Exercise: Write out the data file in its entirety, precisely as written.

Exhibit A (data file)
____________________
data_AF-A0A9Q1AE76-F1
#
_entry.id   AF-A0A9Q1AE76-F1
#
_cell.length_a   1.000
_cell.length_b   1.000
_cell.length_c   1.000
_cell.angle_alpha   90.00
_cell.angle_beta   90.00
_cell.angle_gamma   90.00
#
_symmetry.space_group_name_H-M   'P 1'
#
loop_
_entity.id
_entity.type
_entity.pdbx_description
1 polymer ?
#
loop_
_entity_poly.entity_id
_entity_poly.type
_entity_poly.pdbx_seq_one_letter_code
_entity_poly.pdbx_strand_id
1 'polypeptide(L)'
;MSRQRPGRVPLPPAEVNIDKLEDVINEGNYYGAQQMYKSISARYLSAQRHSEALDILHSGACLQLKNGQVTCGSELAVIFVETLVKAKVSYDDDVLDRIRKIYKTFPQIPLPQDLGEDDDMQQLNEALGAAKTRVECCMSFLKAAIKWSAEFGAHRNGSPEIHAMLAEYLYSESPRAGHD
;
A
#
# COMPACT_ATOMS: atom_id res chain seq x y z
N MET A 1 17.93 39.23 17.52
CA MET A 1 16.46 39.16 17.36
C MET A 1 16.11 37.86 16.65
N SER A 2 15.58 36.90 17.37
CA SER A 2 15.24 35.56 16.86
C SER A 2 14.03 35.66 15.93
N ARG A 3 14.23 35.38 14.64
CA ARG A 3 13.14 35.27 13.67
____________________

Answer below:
data_AF-A0A9Q1AE76-F1
#
_entry.id   AF-A0A9Q1AE76-F1
#
_cell.length_a   1.000
_cell.length_b   1.000
_cell.length_c   1.000
_cell.angle_alpha   90.00
_cell.angle_beta   90.00
_cell.angle_gamma   90.00
#
_symmetry.space_group_name_H-M   'P 1'
#
loop_
_entity.id
_entity.type
_entity.pdbx_description
1 polymer ?
#
loop_
_entity_poly.entity_id
_entity_poly.type
_entity_poly.pdbx_seq_one_letter_code
_entity_poly.pdbx_strand_id
1 'polypeptide(L)'
;MSRQRPGRVPLPPAEVNIDKLEDVINEGNYYGAQQMYKSISARYLSAQRHSEALDILHSGACLQLKNGQVTCGSELAVIFVETLVKAKVSYDDDVLDRIRKIYKTFPQIPLPQDLGEDDDMQQLNEALGAAKTRVECCMSFLKAAIKWSAEFGAHRNGSPEIHAMLAEYLYSESPRAGHD
;
A
#
# COMPACT_ATOMS: atom_id res chain seq x y z
N MET A 1 17.93 39.23 17.52
CA MET A 1 16.46 39.16 17.36
C MET A 1 16.11 37.86 16.65
N SER A 2 15.58 36.90 17.37
CA SER A 2 15.24 35.56 16.86
C SER A 2 14.03 35.66 15.93
N ARG A 3 14.23 35.38 14.64
CA ARG A 3 13.14 35.27 13.67